“When I came to Cincinnati, I was employed as a waiter in a private house, at ten dollars a month for the first month. From that time on I received $20, till I went on board a steamboat, where I got higher wages still. In time, I found myself in receipt of $50 per month, regularly, and sometimes even more. I resided in Cincinnati about fourteen years, and from thence came on to the farm I am now on, in Pebble township, on Brushy Fork of Pee Pee creek. Have been here about sixteen years.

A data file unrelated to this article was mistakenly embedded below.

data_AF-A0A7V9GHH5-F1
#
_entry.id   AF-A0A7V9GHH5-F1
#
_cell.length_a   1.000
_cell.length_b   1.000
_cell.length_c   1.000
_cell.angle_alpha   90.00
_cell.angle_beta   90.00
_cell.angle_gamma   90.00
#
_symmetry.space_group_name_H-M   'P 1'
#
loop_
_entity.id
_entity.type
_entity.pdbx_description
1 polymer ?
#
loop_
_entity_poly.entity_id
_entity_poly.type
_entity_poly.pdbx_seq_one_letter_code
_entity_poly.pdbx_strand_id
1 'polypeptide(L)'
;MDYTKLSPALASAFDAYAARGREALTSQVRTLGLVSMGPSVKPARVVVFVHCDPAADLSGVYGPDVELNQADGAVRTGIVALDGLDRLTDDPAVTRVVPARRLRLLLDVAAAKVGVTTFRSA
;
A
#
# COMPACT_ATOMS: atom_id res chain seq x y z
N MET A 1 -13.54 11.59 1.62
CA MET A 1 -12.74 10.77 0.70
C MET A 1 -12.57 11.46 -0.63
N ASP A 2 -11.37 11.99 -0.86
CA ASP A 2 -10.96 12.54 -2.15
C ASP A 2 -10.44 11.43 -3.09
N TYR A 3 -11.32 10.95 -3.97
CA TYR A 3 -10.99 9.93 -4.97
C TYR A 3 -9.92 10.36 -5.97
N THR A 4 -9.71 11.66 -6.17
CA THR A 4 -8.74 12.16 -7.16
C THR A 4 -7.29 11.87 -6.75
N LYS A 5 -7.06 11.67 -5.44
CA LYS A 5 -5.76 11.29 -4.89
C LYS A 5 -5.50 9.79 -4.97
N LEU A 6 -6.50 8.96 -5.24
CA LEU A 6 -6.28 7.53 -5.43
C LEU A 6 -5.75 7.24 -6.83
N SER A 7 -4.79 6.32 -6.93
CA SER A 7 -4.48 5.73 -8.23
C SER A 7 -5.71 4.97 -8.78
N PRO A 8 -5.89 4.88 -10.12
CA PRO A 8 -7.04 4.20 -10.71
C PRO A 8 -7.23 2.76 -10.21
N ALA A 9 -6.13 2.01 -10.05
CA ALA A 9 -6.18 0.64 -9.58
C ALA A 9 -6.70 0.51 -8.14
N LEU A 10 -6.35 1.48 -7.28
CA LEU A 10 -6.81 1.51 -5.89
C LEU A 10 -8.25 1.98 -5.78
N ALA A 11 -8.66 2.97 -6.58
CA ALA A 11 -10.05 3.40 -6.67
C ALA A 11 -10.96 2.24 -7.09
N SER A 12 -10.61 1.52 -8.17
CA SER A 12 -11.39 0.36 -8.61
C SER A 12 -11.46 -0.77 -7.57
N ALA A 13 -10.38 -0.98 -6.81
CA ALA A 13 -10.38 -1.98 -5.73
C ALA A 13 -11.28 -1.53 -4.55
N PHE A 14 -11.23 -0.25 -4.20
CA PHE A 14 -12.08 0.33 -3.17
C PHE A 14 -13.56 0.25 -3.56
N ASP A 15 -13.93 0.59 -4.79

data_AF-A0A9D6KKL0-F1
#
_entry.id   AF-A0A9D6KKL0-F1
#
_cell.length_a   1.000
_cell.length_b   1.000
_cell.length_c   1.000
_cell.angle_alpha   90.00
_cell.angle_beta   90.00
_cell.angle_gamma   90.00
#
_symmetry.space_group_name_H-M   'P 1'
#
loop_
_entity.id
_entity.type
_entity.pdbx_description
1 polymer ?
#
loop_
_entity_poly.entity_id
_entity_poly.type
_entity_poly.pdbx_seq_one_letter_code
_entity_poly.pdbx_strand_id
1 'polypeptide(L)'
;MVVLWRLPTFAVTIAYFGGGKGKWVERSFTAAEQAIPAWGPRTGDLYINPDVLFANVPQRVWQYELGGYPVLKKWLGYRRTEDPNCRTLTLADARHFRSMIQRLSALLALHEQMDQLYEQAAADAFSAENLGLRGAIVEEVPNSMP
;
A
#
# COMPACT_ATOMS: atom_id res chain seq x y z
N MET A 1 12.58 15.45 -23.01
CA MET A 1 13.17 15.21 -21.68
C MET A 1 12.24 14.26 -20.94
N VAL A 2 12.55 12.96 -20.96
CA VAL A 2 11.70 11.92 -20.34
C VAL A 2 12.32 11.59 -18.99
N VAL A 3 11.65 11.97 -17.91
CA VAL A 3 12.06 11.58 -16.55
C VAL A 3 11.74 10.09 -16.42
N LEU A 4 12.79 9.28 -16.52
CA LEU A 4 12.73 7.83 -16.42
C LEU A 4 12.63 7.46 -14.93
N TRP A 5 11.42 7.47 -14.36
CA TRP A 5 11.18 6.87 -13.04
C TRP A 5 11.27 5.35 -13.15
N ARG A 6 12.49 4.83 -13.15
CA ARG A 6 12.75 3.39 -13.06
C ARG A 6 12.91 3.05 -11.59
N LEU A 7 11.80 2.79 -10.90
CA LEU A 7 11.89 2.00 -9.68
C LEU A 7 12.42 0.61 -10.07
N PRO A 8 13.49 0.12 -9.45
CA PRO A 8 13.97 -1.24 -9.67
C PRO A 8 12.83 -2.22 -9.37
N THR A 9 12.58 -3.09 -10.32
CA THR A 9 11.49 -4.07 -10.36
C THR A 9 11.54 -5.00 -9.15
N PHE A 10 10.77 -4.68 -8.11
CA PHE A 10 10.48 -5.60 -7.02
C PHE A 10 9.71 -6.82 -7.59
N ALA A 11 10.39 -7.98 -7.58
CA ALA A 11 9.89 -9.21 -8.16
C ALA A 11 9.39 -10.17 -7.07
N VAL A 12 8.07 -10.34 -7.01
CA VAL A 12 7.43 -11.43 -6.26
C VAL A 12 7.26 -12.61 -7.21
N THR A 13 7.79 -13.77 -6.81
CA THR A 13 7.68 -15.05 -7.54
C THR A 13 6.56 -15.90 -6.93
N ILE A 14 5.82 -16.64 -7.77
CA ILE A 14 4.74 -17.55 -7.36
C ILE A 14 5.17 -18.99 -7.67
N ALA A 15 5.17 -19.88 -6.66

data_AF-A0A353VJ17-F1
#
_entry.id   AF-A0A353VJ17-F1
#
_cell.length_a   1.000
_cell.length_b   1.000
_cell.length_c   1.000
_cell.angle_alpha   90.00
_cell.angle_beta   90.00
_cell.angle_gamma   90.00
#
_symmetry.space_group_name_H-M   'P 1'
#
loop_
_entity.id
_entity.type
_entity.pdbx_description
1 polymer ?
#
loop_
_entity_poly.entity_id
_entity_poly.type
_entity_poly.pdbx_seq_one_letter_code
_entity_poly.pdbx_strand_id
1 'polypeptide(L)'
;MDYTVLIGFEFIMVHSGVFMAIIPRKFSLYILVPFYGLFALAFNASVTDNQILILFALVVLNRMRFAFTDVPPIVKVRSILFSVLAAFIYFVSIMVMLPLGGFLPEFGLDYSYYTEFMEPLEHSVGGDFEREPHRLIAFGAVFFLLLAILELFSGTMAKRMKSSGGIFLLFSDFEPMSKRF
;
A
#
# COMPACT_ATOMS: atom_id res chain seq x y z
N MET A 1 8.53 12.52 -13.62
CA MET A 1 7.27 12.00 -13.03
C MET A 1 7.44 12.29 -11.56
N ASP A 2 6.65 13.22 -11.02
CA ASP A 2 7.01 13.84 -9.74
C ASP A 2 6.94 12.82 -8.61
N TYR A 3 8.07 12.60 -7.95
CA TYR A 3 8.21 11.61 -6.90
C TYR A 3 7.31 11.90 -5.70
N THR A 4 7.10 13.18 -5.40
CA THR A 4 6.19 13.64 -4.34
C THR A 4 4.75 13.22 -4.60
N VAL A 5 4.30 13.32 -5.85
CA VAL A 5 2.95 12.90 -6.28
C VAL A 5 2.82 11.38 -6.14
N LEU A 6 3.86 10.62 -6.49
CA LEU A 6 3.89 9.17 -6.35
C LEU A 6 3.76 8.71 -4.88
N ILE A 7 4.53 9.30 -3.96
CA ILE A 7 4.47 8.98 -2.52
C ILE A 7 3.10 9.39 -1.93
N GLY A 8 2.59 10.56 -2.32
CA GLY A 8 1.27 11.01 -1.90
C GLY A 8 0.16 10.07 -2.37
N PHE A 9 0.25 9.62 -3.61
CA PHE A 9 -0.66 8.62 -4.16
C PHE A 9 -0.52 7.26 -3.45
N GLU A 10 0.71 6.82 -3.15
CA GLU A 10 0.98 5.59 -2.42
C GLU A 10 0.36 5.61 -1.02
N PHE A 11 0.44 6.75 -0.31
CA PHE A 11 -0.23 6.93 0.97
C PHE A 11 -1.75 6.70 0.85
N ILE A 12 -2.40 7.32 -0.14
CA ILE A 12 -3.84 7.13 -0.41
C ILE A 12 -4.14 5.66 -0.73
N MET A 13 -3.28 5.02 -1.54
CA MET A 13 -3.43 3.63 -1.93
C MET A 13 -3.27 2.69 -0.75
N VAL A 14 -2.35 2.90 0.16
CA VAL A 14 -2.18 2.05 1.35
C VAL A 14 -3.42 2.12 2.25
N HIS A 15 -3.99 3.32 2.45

“Since my residence in Ohio I have several times visited Monticello. My last visit was in the fall of 1866. Near there I found the same Jefferson Randolph, whose service as administrator I left more than forty years ago, at Monticello. He had grown old, and was outwardly surrounded by the evidences of former ease and opulence gone to decay. He was in poverty. He had lost, he told me, $80,000 in money by joining the South in rebellion against the government. Except his real estate, the rebellion stripped him of everything, save one old, blind mule. He said that if he had taken the advice of his sister, Mrs. Cooleridge [Ellen Coolidge], gone to New York, and remained there during the war, he could have saved the bulk of his property. But he was a rebel at heart, and chose to go with his people. Consequently, he was served as others had been—he had lost all his servants and nearly all his personal property of every kind. I went back to Virginia to find the proud and haughty Randolph in poverty, at Edge Hill, within four miles of Monticello, where he was bred and born. Indeed, I then realized, more than ever before, the great changes which time brings about in the affairs and circumstances of life.” (Israel Jefferson, Pike County Republican, 25 Dec. 1873)